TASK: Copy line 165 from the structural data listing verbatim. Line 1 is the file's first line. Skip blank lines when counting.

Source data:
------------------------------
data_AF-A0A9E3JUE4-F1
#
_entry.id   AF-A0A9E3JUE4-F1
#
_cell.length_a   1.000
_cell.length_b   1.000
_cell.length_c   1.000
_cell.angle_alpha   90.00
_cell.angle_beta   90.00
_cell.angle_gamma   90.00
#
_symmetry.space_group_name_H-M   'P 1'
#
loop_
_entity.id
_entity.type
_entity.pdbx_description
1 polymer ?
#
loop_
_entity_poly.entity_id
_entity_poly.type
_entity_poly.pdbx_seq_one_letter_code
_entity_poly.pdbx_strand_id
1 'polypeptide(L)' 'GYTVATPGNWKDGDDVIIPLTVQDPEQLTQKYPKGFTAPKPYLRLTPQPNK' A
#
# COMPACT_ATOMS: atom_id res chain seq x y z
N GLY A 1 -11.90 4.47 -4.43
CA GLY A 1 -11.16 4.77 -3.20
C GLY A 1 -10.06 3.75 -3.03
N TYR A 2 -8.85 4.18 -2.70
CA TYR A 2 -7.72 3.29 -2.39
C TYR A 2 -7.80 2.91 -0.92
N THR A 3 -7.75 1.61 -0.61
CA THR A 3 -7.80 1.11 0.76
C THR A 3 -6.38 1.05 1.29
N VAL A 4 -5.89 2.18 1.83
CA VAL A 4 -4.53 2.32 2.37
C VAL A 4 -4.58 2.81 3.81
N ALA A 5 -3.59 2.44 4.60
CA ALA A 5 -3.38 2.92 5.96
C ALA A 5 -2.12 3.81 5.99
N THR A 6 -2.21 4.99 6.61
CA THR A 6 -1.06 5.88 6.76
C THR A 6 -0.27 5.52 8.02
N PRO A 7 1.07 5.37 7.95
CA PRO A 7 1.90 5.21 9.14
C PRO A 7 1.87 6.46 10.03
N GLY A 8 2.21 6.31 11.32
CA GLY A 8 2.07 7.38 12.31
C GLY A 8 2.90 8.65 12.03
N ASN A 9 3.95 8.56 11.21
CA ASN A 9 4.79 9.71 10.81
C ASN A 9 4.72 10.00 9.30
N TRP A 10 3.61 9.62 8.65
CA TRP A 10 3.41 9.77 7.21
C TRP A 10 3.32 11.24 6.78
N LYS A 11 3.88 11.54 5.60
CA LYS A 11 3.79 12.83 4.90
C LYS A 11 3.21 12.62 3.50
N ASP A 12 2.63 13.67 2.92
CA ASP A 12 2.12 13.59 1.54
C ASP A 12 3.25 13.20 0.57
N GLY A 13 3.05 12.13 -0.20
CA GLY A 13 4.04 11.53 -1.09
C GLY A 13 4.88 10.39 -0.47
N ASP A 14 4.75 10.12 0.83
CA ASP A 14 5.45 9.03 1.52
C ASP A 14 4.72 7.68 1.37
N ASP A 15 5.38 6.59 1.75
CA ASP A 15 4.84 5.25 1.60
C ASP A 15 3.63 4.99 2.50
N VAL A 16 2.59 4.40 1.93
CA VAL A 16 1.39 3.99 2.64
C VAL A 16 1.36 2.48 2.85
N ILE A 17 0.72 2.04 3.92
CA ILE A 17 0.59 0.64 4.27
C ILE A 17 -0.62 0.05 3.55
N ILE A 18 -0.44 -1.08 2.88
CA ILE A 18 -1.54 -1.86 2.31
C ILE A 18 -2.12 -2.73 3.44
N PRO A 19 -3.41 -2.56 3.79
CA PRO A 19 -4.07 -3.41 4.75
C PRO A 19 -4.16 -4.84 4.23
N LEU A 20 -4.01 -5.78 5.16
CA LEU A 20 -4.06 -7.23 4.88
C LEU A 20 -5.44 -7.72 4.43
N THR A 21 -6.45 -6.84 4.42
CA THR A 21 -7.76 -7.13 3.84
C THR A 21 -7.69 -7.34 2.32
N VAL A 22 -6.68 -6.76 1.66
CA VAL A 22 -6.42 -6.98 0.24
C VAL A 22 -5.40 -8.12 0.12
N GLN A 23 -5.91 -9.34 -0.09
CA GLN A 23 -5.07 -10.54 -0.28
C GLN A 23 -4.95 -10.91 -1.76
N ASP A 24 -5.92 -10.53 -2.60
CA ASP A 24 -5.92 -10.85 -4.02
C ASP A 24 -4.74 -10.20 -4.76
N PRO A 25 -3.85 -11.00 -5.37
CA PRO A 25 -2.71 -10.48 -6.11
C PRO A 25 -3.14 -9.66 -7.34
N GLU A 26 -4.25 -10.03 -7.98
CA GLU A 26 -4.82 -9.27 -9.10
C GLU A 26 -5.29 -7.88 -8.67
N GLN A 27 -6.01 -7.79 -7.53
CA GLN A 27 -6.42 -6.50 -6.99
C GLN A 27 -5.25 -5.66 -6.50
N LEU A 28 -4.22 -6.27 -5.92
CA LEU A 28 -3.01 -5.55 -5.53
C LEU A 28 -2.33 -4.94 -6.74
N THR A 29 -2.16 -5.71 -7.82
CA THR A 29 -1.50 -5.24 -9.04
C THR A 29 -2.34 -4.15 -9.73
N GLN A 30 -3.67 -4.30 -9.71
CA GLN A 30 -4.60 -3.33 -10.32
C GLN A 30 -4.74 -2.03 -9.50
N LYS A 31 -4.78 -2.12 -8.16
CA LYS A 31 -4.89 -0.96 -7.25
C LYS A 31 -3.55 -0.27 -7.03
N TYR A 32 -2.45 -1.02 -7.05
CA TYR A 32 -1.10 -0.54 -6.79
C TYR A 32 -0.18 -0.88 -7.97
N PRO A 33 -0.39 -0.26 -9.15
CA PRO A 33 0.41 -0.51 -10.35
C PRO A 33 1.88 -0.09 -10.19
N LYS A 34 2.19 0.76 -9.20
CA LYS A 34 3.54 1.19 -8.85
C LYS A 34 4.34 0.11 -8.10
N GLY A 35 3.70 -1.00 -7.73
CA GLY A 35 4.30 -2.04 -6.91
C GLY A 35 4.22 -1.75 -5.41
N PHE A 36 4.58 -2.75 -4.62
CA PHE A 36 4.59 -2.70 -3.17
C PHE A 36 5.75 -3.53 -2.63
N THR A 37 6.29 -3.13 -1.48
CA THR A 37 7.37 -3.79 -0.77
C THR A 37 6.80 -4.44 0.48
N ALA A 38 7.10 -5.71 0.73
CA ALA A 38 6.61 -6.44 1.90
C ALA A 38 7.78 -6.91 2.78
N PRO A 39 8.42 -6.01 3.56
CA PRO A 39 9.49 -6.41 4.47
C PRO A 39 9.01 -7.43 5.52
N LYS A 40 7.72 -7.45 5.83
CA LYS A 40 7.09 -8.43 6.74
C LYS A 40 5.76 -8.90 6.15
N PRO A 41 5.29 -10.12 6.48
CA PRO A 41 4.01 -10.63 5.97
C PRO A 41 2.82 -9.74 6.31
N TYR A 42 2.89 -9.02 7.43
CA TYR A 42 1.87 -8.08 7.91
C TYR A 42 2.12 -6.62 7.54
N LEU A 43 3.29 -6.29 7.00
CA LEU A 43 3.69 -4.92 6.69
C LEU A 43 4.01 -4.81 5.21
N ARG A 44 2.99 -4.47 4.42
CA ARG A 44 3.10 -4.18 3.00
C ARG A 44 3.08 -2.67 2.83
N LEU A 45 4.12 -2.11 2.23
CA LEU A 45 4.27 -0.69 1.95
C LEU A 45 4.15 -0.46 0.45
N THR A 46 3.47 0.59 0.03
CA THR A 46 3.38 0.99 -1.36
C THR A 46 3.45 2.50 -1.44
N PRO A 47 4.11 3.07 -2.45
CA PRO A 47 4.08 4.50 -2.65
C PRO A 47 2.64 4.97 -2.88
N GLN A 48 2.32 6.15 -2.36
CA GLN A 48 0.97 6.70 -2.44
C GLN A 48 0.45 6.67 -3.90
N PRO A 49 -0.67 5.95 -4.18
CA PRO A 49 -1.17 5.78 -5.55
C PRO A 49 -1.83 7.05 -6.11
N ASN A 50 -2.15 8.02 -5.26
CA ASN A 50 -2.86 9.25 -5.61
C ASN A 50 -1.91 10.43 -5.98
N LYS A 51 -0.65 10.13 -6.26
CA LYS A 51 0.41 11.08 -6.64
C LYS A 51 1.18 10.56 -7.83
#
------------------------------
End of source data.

C THR A 46 3.45 2.50 -1.44